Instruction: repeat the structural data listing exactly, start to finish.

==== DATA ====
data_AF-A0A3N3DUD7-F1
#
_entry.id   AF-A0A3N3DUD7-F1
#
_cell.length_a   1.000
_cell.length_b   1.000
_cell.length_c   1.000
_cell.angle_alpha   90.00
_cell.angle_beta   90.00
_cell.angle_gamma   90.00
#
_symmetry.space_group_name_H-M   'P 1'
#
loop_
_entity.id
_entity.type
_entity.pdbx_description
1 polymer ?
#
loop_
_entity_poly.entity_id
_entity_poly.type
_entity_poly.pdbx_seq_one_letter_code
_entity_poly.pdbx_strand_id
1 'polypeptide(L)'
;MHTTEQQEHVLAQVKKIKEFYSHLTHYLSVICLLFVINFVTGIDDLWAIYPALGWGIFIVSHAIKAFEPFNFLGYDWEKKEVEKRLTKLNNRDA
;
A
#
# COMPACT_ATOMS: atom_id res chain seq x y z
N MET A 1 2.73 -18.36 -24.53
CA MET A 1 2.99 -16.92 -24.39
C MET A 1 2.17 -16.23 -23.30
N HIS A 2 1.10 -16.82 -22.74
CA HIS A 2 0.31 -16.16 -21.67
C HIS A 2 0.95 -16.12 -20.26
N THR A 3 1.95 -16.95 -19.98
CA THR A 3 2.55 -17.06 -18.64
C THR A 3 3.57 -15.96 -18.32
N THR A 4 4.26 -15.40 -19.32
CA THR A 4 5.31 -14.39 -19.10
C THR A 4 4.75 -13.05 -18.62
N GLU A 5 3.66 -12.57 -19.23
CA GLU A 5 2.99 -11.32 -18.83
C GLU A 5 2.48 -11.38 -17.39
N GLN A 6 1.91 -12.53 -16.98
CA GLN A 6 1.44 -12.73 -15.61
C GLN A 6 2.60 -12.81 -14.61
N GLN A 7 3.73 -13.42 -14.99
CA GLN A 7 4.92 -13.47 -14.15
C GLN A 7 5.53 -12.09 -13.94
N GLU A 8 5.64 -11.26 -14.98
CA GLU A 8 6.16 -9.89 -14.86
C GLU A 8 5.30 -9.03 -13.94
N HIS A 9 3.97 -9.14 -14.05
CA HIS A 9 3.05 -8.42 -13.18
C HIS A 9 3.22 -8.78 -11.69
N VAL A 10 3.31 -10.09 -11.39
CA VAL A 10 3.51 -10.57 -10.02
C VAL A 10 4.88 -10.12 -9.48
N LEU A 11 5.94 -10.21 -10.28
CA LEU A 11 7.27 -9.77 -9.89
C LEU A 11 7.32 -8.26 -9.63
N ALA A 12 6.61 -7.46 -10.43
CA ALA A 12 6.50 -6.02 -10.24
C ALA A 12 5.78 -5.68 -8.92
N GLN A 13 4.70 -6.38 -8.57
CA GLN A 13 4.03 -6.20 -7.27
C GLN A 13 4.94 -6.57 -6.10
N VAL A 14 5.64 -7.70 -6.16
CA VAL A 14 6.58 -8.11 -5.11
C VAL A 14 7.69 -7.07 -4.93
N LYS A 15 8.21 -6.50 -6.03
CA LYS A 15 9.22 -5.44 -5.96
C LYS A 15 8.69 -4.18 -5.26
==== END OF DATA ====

data_AF-A0A3N3DUD7-F1
#
_entry.id   AF-A0A3N3DUD7-F1
#
_cell.length_a   1.000
_cell.length_b   1.000
_cell.length_c   1.000
_cell.angle_alpha   90.00
_cell.angle_beta   90.00
_cell.angle_gamma   90.00
#
_symmetry.space_group_name_H-M   'P 1'
#
loop_
_entity.id
_entity.type
_entity.pdbx_description
1 polymer ?
#
loop_
_entity_poly.entity_id
_entity_poly.type
_entity_poly.pdbx_seq_one_letter_code
_entity_poly.pdbx_strand_id
1 'polypeptide(L)'
;MHTTEQQEHVLAQVKKIKEFYSHLTHYLSVICLLFVINFVTGIDDLWAIYPALGWGIFIVSHAIKAFEPFNFLGYDWEKKEVEKRLTKLNNRDA
;
A
#
# COMPACT_ATOMS: atom_id res chain seq x y z
N MET A 1 2.73 -18.36 -24.53
CA MET A 1 2.99 -16.92 -24.39
C MET A 1 2.17 -16.23 -23.30
N HIS A 2 1.10 -16.82 -22.74
CA HIS A 2 0.31 -16.16 -21.67
C HIS A 2 0.95 -16.12 -20.26
N THR A 3 1.95 -16.95 -19.98
CA THR A 3 2.55 -17.06 -18.64
C THR A 3 3.57 -15.96 -18.32
N THR A 4 4.26 -15.40 -19.32
CA THR A 4 5.31 -14.39 -19.10
C THR A 4 4.75 -13.05 -18.62
N GLU A 5 3.66 -12.57 -19.23
CA GLU A 5 2.99 -11.32 -18.83
C GLU A 5 2.48 -11.38 -17.39
N GLN A 6 1.91 -12.53 -16.98
CA GLN A 6 1.44 -12.73 -15.61
C GLN A 6 2.60 -12.81 -14.61
N GLN A 7 3.73 -13.42 -14.99
CA GLN A 7 4.92 -13.47 -14.15
C GLN A 7 5.53 -12.09 -13.94
N GLU A 8 5.64 -11.26 -14.98
CA GLU A 8 6.16 -9.89 -14.86
C GLU A 8 5.30 -9.03 -13.94
N HIS A 9 3.97 -9.14 -14.05
CA HIS A 9 3.05 -8.42 -13.18
C HIS A 9 3.22 -8.78 -11.69
N VAL A 10 3.31 -10.09 -11.39
CA VAL A 10 3.51 -10.57 -10.02
C VAL A 10 4.88 -10.12 -9.48
N LEU A 11 5.94 -10.21 -10.28
CA LEU A 11 7.27 -9.77 -9.89
C LEU A 11 7.32 -8.26 -9.63
N ALA A 12 6.61 -7.46 -10.43
CA ALA A 12 6.50 -6.02 -10.24
C ALA A 12 5.78 -5.68 -8.92
N GLN A 13 4.70 -6.38 -8.57
CA GLN A 13 4.03 -6.20 -7.27
C GLN A 13 4.94 -6.57 -6.10
N VAL A 14 5.64 -7.70 -6.16
CA VAL A 14 6.58 -8.11 -5.11
C VAL A 14 7.69 -7.07 -4.93
N LYS A 15 8.21 -6.50 -6.03
CA LYS A 15 9.22 -5.44 -5.96
C LYS A 15 8.69 -4.18 -5.26